(Host) What color is your collar? Commentator Tim McQuiston reflects on new government guidelines that may determine how you are paid for the work you do.
(McQuiston) The US Department of Labor’s new “FairPay” rules went into effect late last month. But before we get into exactly what the new labor rules involve, here’s a little disclaimer because we’re dealing with potential legal issues.
If you have any questions about the federal government’s new FairPay regulations, please contact your attorney. The FairPay regulations do not result in weight gain or cause drowsiness.
The FairPay regulations are intended to clarify what workers can be designated as salaried employees. Obviously, this is an important issue for both employees and employers.
The original rules for deciding on who is salaried, or EXEMPT, go back to the 1930s and some of the current rules are still on the books from the 1940s. The clearest way of segregating workers, of course, has been between Blue Collar and White Collar workers. The regulations governing blue collar workers, for instance, include strict overtime rules. In fact the feds say the new rules strengthen overtime protections.
The Labor Department claims that upwards of 6 million workers have been improperly designated as exempt, in other words, exempt from overtime. The easiest way to do this is for an employer simply to call someone a manager. Everyone’s a manager these days.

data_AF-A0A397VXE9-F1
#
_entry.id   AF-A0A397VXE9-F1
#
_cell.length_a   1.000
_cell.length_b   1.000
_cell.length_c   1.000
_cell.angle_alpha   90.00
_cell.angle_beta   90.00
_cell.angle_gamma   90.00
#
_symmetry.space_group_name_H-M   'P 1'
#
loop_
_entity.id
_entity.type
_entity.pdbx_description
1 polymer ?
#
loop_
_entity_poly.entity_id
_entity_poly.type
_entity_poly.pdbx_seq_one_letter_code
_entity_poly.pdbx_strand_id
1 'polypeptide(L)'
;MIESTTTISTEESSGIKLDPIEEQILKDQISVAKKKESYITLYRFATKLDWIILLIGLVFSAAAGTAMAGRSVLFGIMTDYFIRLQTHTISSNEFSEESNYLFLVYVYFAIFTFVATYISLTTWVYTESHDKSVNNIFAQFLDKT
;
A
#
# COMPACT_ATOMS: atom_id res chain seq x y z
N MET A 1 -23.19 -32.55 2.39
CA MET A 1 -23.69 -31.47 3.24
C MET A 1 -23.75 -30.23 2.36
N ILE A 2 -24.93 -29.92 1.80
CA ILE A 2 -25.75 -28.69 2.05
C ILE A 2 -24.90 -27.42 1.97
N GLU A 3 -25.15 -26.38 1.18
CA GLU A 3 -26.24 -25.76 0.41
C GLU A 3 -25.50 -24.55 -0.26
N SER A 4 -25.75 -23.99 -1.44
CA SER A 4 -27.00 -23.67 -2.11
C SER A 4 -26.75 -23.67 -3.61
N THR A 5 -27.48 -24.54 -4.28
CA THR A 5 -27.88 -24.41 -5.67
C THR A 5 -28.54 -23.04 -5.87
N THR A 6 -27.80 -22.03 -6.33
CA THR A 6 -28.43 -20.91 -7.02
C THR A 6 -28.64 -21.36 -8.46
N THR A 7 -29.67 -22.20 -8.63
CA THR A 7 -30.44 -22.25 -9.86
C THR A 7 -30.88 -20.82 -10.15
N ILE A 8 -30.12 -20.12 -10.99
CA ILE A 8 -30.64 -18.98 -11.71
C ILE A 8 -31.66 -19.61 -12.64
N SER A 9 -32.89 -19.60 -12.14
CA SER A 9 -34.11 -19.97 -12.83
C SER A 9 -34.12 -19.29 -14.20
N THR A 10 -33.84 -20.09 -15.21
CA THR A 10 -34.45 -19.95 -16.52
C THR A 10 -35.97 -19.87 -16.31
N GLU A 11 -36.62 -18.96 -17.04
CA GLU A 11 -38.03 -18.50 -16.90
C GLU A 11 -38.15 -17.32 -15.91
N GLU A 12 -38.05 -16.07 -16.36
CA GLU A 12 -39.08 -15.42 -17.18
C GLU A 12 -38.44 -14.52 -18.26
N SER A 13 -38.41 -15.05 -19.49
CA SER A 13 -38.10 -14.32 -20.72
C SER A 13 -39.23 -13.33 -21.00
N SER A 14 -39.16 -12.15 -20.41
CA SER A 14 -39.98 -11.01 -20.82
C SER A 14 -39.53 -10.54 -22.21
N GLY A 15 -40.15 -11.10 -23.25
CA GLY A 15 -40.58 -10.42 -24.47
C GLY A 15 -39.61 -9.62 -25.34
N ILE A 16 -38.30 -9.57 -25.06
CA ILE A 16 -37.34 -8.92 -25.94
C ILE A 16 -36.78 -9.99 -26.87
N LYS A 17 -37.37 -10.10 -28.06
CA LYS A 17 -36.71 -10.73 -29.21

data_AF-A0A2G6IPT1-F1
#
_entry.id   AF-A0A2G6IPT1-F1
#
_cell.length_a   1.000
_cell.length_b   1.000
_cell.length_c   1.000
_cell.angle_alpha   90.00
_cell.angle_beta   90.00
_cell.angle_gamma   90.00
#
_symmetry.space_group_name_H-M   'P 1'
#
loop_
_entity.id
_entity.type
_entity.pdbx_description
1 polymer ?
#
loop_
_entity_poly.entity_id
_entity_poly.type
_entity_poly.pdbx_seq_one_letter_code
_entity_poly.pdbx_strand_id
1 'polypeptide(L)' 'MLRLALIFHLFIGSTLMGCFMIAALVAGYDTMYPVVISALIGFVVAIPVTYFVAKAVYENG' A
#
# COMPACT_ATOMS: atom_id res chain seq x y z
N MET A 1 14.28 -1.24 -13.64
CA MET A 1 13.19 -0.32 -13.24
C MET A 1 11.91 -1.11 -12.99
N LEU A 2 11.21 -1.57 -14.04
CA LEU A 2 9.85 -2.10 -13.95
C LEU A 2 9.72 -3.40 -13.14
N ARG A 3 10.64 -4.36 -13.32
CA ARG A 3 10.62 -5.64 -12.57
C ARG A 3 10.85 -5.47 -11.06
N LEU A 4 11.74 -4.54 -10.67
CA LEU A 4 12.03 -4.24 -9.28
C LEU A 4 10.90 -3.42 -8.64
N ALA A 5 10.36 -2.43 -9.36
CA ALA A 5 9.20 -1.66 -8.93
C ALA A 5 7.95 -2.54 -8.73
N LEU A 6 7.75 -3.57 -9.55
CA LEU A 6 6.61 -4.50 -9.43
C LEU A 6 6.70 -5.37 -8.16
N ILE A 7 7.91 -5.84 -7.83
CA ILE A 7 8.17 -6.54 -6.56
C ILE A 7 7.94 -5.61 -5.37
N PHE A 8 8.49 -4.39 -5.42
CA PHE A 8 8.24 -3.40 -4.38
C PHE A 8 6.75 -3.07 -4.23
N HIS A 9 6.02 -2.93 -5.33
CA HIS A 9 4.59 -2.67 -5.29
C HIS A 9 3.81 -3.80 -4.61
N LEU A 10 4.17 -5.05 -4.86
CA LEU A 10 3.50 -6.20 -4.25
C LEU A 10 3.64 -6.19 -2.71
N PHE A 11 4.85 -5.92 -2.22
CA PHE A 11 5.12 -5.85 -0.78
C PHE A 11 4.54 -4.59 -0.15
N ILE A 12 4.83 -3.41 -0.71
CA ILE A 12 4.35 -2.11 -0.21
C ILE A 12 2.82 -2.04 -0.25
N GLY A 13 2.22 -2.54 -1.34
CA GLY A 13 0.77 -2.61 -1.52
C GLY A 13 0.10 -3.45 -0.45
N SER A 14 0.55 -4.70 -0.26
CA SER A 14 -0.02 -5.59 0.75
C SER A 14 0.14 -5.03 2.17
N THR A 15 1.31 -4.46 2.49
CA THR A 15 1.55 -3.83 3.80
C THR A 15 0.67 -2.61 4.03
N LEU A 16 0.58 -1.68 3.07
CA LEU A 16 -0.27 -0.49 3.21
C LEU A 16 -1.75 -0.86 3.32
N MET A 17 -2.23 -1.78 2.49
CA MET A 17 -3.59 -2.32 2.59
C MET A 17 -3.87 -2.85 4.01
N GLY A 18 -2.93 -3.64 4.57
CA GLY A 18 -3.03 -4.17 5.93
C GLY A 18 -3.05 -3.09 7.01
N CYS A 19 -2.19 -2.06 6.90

The new rules significantly raise the minimum salary of someone who can be called a manager, and thus exempt. The minimum pay was raised from 155 dollars per week to 455 dollars. That’s 23,660 dollars a year. The pay level hasn’t been raised since 1975. That person must also supervise at least two workers.
The government also wanted to clarify who exactly is a white collar worker, and therefore also exempt whether they’re a manager or not. For instance, executives and professionals are exempt, as are intellectual workers like actors, educators, chefs and executive assistants.
But, so too, are first-responders like fire, police, EMTs and even park rangers. Other workers include account executives, human resource directors and financial people, because in the course of their jobs they can bind the company financially or legally.
As far as I can tell at this point, employers benefit because the exemptions have been broadened. So while it might be more difficult to call someone a manager, more positions have been added to the white collar category. The most noticeable of these involves the computer-related industries. Under the new regulations, just about anyone who does anything with a computer, except make them or repair them, are exempt. This is a growing industry, and this change could have a major impact on overtime for a variety of technology workers.
This is Timothy McQuiston.
Timothy McQuiston is editor of Vermont Business Magazine.